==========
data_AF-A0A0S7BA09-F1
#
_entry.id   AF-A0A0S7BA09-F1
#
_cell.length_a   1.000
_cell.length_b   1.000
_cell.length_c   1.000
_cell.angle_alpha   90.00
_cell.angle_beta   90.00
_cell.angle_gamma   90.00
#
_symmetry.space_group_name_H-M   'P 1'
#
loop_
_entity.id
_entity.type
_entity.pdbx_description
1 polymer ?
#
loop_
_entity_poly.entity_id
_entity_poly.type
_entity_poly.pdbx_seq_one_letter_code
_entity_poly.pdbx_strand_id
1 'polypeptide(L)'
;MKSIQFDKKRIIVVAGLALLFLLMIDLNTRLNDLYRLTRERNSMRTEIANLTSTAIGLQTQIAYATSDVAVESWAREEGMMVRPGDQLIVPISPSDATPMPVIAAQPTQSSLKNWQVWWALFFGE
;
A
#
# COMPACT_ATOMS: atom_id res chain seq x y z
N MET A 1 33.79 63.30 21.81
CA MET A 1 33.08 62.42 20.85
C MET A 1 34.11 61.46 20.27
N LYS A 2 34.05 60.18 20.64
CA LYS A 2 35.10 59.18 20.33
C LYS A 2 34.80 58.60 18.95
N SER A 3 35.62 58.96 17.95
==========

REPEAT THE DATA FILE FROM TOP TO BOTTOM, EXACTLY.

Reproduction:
data_AF-A0A0S7BA09-F1
#
_entry.id   AF-A0A0S7BA09-F1
#
_cell.length_a   1.000
_cell.length_b   1.000
_cell.length_c   1.000
_cell.angle_alpha   90.00
_cell.angle_beta   90.00
_cell.angle_gamma   90.00
#
_symmetry.space_group_name_H-M   'P 1'
#
loop_
_entity.id
_entity.type
_entity.pdbx_description
1 polymer ?
#
loop_
_entity_poly.entity_id
_entity_poly.type
_entity_poly.pdbx_seq_one_letter_code
_entity_poly.pdbx_strand_id
1 'polypeptide(L)'
;MKSIQFDKKRIIVVAGLALLFLLMIDLNTRLNDLYRLTRERNSMRTEIANLTSTAIGLQTQIAYATSDVAVESWAREEGMMVRPGDQLIVPISPSDATPMPVIAAQPTQSSLKNWQVWWALFFGE
;
A
#
# COMPACT_ATOMS: atom_id res chain seq x y z
N MET A 1 33.79 63.30 21.81
CA MET A 1 33.08 62.42 20.85
C MET A 1 34.11 61.46 20.27
N LYS A 2 34.05 60.18 20.64
CA LYS A 2 35.10 59.18 20.33
C LYS A 2 34.80 58.60 18.95
N SER A 3 35.62 58.96 17.95